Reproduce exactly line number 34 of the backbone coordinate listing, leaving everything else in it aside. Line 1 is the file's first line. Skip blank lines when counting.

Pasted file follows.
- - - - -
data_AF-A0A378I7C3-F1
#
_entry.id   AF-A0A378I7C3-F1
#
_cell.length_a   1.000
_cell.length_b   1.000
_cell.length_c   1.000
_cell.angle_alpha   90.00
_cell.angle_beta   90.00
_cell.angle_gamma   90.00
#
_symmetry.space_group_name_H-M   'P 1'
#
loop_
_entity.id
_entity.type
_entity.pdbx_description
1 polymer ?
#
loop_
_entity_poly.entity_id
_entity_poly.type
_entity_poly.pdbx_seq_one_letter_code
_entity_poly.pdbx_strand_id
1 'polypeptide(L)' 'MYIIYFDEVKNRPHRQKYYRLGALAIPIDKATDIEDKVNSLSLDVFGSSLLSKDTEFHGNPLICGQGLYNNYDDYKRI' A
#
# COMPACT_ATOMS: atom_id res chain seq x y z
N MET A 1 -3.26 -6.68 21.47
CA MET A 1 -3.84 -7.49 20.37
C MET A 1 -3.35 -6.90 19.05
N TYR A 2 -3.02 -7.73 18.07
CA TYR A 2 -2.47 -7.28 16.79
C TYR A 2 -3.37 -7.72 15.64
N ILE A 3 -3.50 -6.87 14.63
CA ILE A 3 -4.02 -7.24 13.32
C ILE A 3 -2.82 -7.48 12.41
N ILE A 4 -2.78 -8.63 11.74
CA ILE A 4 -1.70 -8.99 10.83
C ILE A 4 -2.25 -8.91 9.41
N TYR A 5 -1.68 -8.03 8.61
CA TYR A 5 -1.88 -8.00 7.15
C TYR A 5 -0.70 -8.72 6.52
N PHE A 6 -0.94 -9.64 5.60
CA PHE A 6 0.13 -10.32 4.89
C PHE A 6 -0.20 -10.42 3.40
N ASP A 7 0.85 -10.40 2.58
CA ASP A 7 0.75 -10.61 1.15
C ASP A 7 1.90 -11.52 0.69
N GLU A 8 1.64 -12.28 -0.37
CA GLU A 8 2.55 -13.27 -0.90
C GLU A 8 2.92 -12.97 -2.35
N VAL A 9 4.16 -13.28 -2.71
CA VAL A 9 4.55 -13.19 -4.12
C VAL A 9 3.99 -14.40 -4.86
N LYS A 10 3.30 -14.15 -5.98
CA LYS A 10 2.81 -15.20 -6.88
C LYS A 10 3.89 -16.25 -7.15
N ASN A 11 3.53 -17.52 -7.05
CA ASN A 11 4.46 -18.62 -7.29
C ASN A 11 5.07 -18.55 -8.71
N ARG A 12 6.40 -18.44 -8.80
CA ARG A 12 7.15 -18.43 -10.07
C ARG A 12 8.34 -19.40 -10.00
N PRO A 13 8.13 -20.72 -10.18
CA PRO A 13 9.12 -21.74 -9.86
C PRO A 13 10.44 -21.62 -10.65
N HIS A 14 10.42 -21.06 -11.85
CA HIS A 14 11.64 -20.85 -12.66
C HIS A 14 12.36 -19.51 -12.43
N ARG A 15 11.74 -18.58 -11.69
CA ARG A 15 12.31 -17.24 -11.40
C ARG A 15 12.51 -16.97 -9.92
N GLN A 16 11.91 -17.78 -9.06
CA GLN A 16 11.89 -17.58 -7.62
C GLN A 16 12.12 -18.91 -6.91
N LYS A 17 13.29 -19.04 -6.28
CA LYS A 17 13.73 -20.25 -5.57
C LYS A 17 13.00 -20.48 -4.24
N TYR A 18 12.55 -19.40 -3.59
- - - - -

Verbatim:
N ILE A 3 -3.50 -6.87 14.63